In the book, Pallone writes that he told police he had once briefly met two of the men who were being investigated for their alleged roles in running the ring. But he emphatically denied any involvement or knowledge of the operation.

The allegations hit the newspapers with headlines such as "Report Links Ump Pallone to Sex Scandal." No matter what the outcome of the investigation, he knew that his sexual orientation was now public knowledge, or at least up for public speculation.

That was distressing to him at first, he writes, and then a huge relief. "Now I don't have to hide anymore," he realized. "Now I'm free."

After several months, the investigation on Pallone was closed, with no charges filed. But he was no longer in baseball.

Giamatti refused to renew his contract, listing the alleged sex scandal and other factors, including his rating as an umpire, which was low for 1988. (Pallone attributes this to the Rose incident.)

Pallone was furious, believing the real reason his contract was not renewed was because the baseball establishment could not tolerate a gay man in the game. He does not, however, blame Giamatti, whom he believes was forced by team owners to take action.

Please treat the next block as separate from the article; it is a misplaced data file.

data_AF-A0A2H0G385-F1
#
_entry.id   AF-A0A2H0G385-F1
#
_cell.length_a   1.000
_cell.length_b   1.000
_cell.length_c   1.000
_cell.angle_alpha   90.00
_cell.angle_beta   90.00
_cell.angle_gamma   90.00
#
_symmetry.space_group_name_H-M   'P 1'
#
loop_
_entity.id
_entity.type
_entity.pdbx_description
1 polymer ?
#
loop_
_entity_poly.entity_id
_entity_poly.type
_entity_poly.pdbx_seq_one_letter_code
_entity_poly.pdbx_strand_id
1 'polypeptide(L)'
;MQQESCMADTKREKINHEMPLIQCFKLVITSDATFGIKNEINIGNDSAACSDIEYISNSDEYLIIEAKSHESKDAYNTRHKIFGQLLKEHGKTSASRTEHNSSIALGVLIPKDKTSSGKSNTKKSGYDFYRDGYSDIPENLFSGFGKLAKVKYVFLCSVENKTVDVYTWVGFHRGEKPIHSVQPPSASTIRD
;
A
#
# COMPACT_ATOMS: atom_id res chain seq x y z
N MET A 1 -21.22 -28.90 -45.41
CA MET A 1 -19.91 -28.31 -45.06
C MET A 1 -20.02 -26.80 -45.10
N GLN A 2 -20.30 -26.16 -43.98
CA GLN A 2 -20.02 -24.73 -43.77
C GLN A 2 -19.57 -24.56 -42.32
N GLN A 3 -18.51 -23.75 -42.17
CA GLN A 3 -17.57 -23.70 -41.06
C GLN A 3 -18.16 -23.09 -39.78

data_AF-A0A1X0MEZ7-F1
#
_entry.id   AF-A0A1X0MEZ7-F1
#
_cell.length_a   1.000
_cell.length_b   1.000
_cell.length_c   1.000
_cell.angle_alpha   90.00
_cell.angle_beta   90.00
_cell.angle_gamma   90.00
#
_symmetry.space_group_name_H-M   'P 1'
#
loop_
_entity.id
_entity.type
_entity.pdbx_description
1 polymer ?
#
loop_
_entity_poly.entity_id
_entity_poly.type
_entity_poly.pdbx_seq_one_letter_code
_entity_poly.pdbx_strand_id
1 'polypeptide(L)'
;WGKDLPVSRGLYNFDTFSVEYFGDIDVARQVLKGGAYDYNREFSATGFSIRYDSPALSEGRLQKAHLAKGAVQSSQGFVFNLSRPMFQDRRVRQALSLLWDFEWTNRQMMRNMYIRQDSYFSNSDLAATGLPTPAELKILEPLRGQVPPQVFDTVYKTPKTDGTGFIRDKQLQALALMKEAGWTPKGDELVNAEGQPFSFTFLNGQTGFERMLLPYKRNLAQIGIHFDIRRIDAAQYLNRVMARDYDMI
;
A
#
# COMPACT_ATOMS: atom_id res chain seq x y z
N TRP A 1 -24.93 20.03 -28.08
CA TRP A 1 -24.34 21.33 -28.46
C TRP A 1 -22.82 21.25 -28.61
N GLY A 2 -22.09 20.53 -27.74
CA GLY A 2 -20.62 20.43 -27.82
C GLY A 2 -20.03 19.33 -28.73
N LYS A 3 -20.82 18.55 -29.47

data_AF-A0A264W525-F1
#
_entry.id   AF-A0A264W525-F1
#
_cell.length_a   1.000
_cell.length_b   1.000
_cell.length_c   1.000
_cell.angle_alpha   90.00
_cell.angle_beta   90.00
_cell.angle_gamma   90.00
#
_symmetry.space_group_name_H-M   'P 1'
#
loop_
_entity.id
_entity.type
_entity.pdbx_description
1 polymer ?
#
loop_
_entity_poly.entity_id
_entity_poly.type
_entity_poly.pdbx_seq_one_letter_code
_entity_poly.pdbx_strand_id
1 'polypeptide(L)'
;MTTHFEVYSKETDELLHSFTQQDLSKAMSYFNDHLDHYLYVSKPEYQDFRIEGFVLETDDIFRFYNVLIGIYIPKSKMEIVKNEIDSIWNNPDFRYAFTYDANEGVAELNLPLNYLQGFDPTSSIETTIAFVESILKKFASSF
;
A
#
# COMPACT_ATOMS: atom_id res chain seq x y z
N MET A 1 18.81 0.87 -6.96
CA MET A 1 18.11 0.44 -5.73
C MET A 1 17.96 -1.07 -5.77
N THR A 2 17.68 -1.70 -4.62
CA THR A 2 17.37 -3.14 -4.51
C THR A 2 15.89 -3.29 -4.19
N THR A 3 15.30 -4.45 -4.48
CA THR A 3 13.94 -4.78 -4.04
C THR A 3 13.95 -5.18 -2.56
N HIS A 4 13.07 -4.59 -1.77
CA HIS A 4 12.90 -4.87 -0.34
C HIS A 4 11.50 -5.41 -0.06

"You have to realize he was being paid by the team owners. He was their employee," Pallone said.

"And it's just like what he said that when he talked about Pete Rose. 'No one man is bigger than baseball.' He believed it was in the best interest of baseball to have me out."

Pallone considered suing to try to get his job back, but eventually a settlement was negotiated. He received one year's salary and an additional sum, the amount of which he will not reveal.

When Giamatti died last year, his widow arranged for Pallone to be invited to the memorial service and the printed invitation has a prominent place among the other mementos in his living-room cabinet.